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Comment Re: Transparency (Score 1) 139

Well, I don't think anyone is likely to rebel against the US government -- not by force anyway, given that the latter is armed to the teeth. 1.6 billion bullets for DHS, was it?vBut not everybody is claiming that the possibility of armed rebellion (preposterous though it may be) makes for a valid argument in support of the second amendment.

Well, we could always quote someone from the previous administration:

"The cost of one bullet, if the [...] people take it on themselves, is substantially less than [the cost of a war]." -- White House press secretary Ari Fleischer 1 Oct 2002.

At the time they were talking about an overthrow of Iraq. It applies well to the US as well.

Comment Re: surpising (Score 5, Interesting) 168

How long do long term investors have to wait for consistent profitability?

Math time... $126M loss / $19B revenue = 0.66%, less than one percent loss for a quarter. The company is worth about $140B, so the quarter's drop is less than a tenth of a percent, meaning absorbing a the loss is a tiny decrease in a large bucket. In contrast, the skittish investors yesterday cost the company about $12B compared to the $126M business loss. The skittish investors who cause huge overnight drops like this create opportunities.

We're not talking about a company that is hemorrhaging money. It isn't a company plagued by mismanagement. It is a company that since their first day built a track record of tinkering with models. That is all Amazon has ever done. They have the resources to continue operating when they discover unprofitable ones. It takes money to make money, and many tests and changes cost time and money. Yes, some investors refuse to see the long term and demand a profit every single quarter. Other investors see this as an opportunity to buy or to hold.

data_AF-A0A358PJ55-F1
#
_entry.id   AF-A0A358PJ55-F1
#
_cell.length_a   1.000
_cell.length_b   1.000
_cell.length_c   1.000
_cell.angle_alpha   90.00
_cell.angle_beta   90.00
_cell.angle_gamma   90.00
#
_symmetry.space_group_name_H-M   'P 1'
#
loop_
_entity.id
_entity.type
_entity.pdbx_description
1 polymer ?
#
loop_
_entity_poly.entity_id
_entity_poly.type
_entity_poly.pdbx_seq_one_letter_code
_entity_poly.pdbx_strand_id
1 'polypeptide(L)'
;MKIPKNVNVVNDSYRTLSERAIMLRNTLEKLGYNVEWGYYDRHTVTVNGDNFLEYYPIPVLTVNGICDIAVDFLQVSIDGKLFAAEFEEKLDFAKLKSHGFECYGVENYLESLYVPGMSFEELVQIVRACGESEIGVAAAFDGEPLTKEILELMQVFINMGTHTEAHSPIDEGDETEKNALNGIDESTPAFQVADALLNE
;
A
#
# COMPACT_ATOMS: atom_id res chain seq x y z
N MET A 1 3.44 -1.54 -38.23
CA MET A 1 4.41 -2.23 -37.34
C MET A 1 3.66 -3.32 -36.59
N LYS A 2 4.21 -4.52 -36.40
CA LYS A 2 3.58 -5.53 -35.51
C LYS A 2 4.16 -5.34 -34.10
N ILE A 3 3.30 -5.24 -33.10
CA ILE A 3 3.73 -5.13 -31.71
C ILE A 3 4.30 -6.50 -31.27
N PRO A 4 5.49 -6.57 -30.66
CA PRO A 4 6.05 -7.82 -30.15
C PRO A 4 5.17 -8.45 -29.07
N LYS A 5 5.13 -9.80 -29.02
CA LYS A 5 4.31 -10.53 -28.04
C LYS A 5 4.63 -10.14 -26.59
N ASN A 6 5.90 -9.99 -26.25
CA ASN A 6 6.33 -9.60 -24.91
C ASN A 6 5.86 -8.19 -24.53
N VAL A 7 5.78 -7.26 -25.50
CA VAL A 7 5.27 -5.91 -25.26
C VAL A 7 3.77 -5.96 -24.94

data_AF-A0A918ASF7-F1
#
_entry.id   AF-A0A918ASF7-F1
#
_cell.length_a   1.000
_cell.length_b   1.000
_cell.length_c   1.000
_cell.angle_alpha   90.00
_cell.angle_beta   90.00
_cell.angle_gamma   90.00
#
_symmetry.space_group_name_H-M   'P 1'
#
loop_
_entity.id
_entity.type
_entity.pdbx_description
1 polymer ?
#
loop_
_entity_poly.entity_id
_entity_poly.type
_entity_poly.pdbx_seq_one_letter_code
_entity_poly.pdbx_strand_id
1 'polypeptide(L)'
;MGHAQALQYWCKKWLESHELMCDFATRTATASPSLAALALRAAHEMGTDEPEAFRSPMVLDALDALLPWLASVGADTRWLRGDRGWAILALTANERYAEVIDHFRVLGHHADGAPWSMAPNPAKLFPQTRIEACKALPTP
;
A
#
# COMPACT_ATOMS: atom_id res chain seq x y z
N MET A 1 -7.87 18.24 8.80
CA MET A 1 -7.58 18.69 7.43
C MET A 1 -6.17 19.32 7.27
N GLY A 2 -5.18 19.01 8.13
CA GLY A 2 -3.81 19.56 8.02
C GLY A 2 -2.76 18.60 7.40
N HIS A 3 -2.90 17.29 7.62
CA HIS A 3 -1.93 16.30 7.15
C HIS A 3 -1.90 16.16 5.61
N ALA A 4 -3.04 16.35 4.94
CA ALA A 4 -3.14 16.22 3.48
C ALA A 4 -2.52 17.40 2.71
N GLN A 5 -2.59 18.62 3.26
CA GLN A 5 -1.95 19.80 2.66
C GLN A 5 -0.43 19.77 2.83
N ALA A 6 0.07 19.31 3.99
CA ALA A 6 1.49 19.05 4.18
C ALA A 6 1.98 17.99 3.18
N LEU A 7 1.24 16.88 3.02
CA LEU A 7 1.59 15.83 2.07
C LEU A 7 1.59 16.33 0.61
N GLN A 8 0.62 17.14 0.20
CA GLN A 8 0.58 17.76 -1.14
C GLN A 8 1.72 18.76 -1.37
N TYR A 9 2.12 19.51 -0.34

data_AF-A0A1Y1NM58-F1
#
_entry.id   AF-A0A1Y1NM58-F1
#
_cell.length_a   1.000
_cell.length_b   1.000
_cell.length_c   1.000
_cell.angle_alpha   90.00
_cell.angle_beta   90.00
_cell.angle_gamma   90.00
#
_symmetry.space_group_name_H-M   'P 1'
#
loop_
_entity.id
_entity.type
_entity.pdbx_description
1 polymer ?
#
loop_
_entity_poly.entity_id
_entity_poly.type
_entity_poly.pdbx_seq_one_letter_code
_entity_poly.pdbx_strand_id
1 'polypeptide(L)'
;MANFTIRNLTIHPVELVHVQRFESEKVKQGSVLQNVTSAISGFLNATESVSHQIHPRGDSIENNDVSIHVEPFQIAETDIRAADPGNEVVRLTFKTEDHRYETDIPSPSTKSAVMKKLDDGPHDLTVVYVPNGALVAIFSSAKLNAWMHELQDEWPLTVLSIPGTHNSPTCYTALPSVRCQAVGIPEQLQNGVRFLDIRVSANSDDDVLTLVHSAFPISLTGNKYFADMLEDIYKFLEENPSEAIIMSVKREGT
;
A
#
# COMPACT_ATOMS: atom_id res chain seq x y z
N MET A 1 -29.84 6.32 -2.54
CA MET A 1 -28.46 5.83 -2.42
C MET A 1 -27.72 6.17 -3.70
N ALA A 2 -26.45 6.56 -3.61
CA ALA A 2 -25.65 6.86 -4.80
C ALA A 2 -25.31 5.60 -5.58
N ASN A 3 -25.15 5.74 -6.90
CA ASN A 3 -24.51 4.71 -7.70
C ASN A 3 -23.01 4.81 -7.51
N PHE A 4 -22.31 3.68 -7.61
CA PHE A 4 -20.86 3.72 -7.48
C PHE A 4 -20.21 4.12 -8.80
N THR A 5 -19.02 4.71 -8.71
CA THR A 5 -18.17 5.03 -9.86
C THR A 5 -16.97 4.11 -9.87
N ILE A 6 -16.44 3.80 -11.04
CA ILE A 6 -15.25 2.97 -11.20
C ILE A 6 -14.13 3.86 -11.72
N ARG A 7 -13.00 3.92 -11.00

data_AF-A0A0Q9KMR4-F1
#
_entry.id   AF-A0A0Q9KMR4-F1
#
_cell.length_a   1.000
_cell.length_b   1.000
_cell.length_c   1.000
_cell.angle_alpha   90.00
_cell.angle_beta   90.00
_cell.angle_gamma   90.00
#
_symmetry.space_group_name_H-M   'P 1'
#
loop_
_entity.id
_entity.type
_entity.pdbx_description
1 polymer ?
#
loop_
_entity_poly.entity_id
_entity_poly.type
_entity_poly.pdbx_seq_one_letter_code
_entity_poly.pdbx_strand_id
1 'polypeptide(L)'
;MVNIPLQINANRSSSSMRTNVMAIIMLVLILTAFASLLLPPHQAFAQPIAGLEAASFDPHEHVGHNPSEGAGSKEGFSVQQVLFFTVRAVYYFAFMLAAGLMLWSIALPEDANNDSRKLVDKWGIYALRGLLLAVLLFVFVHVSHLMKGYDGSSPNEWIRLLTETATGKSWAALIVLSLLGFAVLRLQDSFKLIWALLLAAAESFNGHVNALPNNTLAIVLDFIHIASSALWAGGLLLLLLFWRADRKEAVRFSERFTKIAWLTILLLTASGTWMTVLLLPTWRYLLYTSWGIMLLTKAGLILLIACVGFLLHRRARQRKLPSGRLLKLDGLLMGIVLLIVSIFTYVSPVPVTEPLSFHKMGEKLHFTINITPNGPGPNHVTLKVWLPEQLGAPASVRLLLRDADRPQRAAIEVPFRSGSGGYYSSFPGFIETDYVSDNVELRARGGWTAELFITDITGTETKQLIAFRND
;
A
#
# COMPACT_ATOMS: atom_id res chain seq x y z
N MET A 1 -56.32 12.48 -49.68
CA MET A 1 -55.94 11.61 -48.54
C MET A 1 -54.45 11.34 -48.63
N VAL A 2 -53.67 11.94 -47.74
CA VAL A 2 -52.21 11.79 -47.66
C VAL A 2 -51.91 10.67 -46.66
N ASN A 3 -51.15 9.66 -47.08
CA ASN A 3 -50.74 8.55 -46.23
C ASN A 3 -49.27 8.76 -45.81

Last night they took a 10% drop because short-term investors are skittish. Today you can buy it at a 10% discount; so thanks skittish investors!

Comment Re:Avoiding Amazon Web Services? (Score 2) 168

AWS started as a way to gain revenue from the spare capacity they had for cyber monday, but it's now ~200x the size of Amazon's actual needs and is its own revenue and profit center. If a new CEO wanted to at this point he could spin it off into a separate company with contracts to host services for Amazon. I'm honestly not sure what it would gain you other than access to a pile of capital to use elsewhere, but for the time being Amazon doesn't seem to be hurting for access to capital.

Comment Good (Score 4, Interesting) 225

That's probably a good thing since students shouldn't be static consumers of information and tablets are really subpar for most kinds of content creation. Add in the fact that a Chromebook costs half as much as even an ipad mini and overall the schools are probably making the rational choice.

Comment Re:I wonder how long it would've taken NASA? (Score 1) 49

Reducing cost through optimization of manufacturing can be more important than lots of original research, for instance the recent boom in photo-voltaic solar has much more to do with the plummeting $/W for panels made with decades old technology then it does with the constant stream of announcements that some group has eeked out .5% better efficiency out of cells made of unobtanium. I'm not saying that basic science research or materials science research should be halted, just that people who poo poo people making a better/cheaper widget just because it's not new and sparkly are missing the forest for the trees.

Comment Re:Why ODF? (Score 1) 164

ASCII is more than 30 years old, it's 51 years old, and I'd bet $10,000 that it will be readable by nearly every computer in another 51 years. UTF-8 and UTF-16 are also highly unlikely to be unreadable anytime during my lifetime since they've been in use for 21 years and are open standards with many real world implementations.

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